IRF8 protein binds to the Bax promoter
ChIP assays were performed with purified wt CD11b+ primary cells to determine whether IRF8 protein is associated with the Bax promoter. As illustrated in Fig. 3A, the Bax promoter region contains several IRF8 consensus binding elements (GAS and EIRE) (Fig. 3A) (20, 21). Specific IRF8 binding was detected in one region of the Bax promoter (Fig. 3B). EMSA with nuclear extracts from purified wt and IRF8 KO CD11b+ cells indicated that IRF8 directly interacts with one of the GAS elements in the Bax promoter region (GAS1; Fig. 3C). Initial attempts did not detect IRF8 binding to a DNA probe containing GAS2-4 (data not shown). Our data suggest that IRF8 directly binds to the Bax promoter in primary CD11b+ cells.
IRF8-deficient myeloid cells exhibit decreased sensitivity to Fas-mediated apoptosis
The above observation that IRF8 KO myeloid cells exhibit decreased Bax expression leads us to speculate that the IRF8 KO cells might acquire resistance to apoptosis. To test this hypothesis, we first measured cytochrome C (CytC) release, a biochemical marker for the intrinsic apoptosis pathway, in purified primary CD11b+ cells. Spontaneous CytC release is higher in purified wt CD11b+ cells ex vivo as compared with IRF8 KO cells (Fig. 4A). Treatment with FasL induced a rapid increase in CytC release in wt CD11b+ cells, but not in IRF8 KO CD11b+ cells (Fig. 4A). Consistent with the CytoC release pattern, cleaved PARP, a biochemical marker of both extrinsic and intrinsic apoptosis, was also observed in wt but not in IRF8 KO CD11b+ primary cells (Fig. 4A). At the functional level, the wt CD11b+ primary cells exhibited significantly more spontaneous apoptosis ex vivo with FasL further increasing the apoptosis rate. However, the IRF8 KO CD11b+ cells exhibited significantly less spontaneous apoptosis and became less sensitive to FasL-induced apoptosis ex vivo (Fig. 4B). Our data suggest that the loss of IRF8 function decreases CD11b+ primary cell sensitivity to Fas-mediated apoptosis.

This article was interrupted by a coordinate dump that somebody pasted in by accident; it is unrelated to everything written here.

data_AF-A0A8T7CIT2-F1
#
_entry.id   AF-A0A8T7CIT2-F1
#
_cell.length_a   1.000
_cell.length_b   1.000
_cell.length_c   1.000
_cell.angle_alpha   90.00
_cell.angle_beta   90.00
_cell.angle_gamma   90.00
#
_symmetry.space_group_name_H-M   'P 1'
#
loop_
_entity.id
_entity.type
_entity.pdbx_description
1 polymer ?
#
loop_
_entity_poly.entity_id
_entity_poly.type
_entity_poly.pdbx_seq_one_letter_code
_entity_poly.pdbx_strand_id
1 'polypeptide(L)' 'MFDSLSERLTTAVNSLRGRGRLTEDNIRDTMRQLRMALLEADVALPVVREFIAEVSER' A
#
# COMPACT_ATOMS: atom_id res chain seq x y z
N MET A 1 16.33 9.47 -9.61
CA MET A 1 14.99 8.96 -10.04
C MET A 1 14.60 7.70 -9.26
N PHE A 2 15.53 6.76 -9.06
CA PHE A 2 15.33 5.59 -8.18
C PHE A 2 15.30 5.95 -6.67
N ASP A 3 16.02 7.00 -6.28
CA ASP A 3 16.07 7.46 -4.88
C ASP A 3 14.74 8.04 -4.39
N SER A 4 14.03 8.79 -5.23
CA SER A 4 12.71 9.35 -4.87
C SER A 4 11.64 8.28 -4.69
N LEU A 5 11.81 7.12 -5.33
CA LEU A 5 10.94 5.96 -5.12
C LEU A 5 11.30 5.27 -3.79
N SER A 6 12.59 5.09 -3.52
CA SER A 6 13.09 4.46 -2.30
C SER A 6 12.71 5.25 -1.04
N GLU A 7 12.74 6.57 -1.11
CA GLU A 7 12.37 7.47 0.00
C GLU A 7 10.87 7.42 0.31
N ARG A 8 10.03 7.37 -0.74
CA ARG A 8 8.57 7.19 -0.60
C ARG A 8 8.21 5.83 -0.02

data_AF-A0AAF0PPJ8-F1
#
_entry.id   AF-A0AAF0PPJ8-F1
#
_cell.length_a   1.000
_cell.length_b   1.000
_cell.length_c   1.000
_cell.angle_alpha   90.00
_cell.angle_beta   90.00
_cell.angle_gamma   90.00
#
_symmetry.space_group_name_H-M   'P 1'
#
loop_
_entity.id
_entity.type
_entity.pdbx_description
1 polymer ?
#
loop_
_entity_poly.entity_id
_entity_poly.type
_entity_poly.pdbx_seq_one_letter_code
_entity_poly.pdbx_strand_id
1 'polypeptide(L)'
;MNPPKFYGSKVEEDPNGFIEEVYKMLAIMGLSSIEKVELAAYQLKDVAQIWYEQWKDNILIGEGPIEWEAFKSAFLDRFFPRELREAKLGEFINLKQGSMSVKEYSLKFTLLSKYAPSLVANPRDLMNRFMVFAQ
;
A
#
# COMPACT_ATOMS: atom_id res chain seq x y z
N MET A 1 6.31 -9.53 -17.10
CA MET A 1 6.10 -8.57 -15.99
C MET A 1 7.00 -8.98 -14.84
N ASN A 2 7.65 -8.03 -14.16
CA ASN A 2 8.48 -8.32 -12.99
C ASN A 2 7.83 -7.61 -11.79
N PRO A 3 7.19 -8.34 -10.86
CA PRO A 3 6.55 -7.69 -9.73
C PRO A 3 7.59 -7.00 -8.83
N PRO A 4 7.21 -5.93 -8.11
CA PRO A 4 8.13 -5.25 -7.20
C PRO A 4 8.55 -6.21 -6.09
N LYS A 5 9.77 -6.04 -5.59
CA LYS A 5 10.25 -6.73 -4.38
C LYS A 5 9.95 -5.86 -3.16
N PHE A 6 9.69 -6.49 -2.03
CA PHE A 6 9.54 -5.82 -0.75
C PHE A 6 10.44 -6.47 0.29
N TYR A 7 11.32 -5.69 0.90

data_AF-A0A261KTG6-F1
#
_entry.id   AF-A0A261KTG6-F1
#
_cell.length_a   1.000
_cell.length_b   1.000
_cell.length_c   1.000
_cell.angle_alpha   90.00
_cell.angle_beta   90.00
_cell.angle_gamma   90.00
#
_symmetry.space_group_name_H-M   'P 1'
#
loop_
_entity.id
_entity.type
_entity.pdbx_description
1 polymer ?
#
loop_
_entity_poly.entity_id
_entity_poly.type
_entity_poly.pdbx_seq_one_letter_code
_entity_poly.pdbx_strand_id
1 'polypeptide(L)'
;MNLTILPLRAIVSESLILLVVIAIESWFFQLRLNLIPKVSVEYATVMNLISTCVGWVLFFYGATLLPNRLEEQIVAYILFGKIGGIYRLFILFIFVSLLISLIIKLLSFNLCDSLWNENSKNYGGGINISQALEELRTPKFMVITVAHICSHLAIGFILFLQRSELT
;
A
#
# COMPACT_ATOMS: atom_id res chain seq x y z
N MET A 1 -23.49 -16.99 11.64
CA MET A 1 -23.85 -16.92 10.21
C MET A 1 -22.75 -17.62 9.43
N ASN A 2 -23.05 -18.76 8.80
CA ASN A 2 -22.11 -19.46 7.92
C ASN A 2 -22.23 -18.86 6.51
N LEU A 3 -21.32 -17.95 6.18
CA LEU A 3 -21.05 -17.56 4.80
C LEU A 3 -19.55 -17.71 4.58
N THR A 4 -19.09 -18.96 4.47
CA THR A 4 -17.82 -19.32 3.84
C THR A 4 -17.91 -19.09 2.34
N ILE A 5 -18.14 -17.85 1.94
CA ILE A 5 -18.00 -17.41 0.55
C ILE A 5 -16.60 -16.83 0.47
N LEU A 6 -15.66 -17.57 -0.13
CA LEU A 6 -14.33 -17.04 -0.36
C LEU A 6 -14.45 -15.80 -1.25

IRF8 is essential for myeloid cell differentiation, and loss of IRF8 expression leads to uncontrolled clonal expansion of CD11b+ myeloid cells (5). It has been proposed that acquisition of apoptosis resistance is responsible for the impaired myeloid cell differentiation (6–12). Several apoptosis regulators, including Bcl-xL, Bcl-2, FAP-1, and acid ceramidase, have been shown to have a role in regulating apoptosis in myeloid leukemia cell lines in vitro (6–8, 16). IRF8 has also been shown to regulate FLIPL expression in primary myeloid cells in vivo (17). The function of IRF8 in apoptosis has also been demonstrated in other nonhematopoietic cells (17, 22–24). In addition, it has been shown that the correlation between IRF8 and the Bcl-2 family members observed in vitro may not be observed in vivo (10). Therefore, the function of IRF8 in the regulation of apoptosis-related genes might be cell type-dependent and different between in vitro and in vivo conditions. Our data indicate that IRF8 directly binds to the Bax promoter to regulate Bax transcription in primary myeloid cells in vivo but not in vitro.